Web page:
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New inflation deal agreed for pre-1997 Reuters Pensions

Older RPS and SPS pensioners will be able to breathe a small sigh of relief after their 2.5% annual cost of living increase agreement was extended for another three years to 2027.

The deal between the RPF/SPS trustees and the London Stock Exchange Group (LSEG) was announced on April 18 following a vigorous lobbying campaign by the Pension Review Group (PRG).

The RPF/SPS trustees announced the extension of the three-year inflation deal on their website.

It follows lengthy discussions between the trustees and the LSEG, which became the sponsor of the two Reuters UK-based defined benefit schemes when it bought Refinitiv, the former financial data arm of Thomson Reuters.

The agreement provides for an annual cost of living increase to a maximum of 2.5% on RPF and SPS pensions earned before 1997. These pensions are not covered by government rules that mandate annual cost of living increases after 1997, and are thus at the mercy of so-called discretionary agreements between the trustees and the sponsoring company, the LSEG.

PRG was set up in the early 2000s when Reuters stopped paying annual increases on pre-1997 pensions. Several years passed before a 10-year 2.5% inflation deal was reached with the then merged Thomson Reuters. This was extended for three years during the Blackstone period, but the deal expired this year.

With older RPF and SPS pensioners facing a bleak future of no annual increases and incomes steadily reduced in value by inflation, the PRG returned to active lobbying. A new website was built, new active members recruited, the pensioners’ mailing list updated and contact renewed with the trustees.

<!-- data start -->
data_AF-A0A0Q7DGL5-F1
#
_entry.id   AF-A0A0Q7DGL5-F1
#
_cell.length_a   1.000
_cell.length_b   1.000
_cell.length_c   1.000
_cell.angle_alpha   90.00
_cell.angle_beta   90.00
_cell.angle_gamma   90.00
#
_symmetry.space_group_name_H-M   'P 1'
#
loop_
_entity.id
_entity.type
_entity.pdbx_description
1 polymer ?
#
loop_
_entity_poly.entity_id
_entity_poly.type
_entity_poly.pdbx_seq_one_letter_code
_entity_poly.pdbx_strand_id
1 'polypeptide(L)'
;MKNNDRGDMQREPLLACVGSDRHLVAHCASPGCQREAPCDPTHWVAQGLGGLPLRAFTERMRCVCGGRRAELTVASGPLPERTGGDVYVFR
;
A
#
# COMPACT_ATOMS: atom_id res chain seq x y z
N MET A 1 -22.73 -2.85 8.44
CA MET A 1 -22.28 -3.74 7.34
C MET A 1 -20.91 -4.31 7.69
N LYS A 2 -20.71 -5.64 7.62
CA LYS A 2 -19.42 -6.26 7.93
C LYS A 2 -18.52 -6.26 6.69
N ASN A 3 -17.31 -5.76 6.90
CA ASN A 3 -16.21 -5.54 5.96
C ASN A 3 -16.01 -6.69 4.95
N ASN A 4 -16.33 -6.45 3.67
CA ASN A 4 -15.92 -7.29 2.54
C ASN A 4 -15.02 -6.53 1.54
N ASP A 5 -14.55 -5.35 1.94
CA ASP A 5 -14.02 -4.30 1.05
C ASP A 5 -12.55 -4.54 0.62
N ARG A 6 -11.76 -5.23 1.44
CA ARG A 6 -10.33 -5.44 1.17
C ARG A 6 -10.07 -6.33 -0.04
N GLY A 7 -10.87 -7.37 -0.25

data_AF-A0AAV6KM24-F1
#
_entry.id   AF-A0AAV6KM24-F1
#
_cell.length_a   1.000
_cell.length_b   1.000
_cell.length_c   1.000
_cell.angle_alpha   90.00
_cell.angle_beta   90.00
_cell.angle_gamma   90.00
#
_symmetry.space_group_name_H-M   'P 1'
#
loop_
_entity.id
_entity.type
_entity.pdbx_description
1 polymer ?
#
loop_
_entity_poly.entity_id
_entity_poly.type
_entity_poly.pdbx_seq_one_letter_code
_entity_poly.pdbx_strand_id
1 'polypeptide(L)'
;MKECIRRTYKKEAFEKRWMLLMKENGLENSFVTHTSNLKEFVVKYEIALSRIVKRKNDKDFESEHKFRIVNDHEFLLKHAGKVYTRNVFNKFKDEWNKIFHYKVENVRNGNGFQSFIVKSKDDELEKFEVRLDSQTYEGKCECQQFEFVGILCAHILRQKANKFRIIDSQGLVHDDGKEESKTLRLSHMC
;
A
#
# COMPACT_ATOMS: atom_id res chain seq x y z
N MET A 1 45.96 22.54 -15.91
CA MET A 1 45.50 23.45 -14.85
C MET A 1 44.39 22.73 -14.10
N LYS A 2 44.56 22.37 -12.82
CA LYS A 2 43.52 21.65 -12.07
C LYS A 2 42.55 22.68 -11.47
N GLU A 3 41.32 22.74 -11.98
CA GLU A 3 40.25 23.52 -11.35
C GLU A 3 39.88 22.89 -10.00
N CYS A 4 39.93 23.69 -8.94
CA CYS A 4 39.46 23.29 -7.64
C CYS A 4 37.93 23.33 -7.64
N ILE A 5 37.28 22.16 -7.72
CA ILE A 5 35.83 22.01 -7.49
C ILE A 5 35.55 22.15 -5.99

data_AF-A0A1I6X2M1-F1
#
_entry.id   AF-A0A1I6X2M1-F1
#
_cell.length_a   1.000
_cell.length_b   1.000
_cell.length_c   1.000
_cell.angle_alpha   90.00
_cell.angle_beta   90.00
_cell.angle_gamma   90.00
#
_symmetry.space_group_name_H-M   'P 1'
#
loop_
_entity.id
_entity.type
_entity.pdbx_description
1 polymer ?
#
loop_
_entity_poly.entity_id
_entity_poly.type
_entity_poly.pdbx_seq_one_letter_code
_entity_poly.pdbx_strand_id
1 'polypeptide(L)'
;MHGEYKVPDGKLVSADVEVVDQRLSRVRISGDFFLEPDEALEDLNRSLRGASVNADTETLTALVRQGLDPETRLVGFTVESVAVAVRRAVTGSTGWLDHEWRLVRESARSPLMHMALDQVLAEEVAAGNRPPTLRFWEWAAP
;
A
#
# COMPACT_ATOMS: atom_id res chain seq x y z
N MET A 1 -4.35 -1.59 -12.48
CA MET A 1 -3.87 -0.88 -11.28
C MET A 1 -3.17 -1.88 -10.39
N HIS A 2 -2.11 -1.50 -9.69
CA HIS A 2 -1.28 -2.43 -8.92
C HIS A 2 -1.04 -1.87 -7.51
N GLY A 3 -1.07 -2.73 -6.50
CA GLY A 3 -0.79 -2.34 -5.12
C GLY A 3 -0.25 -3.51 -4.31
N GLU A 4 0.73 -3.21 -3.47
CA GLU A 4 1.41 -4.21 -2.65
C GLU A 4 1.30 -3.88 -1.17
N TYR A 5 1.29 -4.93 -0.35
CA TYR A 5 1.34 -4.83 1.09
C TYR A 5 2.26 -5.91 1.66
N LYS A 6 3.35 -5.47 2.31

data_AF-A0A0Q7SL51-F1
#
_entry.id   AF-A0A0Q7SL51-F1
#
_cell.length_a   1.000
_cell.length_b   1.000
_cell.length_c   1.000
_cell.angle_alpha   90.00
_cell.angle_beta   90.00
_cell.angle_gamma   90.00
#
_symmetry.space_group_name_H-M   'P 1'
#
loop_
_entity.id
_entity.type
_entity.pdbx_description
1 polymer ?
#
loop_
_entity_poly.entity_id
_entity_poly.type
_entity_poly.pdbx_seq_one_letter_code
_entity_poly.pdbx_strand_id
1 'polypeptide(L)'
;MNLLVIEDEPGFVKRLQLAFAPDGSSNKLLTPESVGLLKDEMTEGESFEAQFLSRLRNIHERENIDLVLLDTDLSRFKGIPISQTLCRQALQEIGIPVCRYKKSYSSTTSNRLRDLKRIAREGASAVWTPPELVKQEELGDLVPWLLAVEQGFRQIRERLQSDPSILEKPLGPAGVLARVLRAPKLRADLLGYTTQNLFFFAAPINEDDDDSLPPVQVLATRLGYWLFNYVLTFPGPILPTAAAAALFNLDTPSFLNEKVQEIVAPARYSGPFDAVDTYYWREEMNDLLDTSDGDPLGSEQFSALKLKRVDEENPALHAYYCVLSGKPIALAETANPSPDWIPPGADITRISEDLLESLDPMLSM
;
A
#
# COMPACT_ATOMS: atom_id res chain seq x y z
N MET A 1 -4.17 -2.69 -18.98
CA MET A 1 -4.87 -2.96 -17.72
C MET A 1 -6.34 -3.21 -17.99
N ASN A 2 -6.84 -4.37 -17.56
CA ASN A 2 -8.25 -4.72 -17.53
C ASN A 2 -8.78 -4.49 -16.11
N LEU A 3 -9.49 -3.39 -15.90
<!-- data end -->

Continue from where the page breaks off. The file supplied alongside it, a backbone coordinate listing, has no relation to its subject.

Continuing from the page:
PRG relations with the trustees have remained cordial and cooperative throughout. While disappointed that it did not achieve its aim of a higher annual increase to compensate for the years of zero or below inflation awards, with the inflation rate dropping to a more acceptable level, the PRG said it believed that what it obtained was probably the best deal available, and did include a degree of longevity.

The trustees did argue forcibly, and successfully, for the  deal to include the LSEG taking responsibility for the payment of annual administration costs of the two funds, totalling £3.4 million. If  the funds had to cover their own admin costs, this could have impacted negatively on the 2.5% pay deal.

The latest triennial valuation of the funds’ assets and liabilities shows both in surplus, as are many DB (defined benefit) pension schemes at the moment, thanks to higher interest rates and investment returns. Most were in deficit during the years of low interest rates when sponsoring companies had to stump up funds to cover liabilities.

The latest valuations show RPF with a £103 million surplus and a 106.4% funding level. SPS, the much smaller executive fund, is also in surplus. Agreement on the renewal of the 2.5% inflation agreement is reckoned to cost the funds £18 million. This will be covered by the current surpluses, so LSEG will not have to contribute.

You can view the news item from the Reuters Pension Fund Trustees on the website. ■

Pension Review Group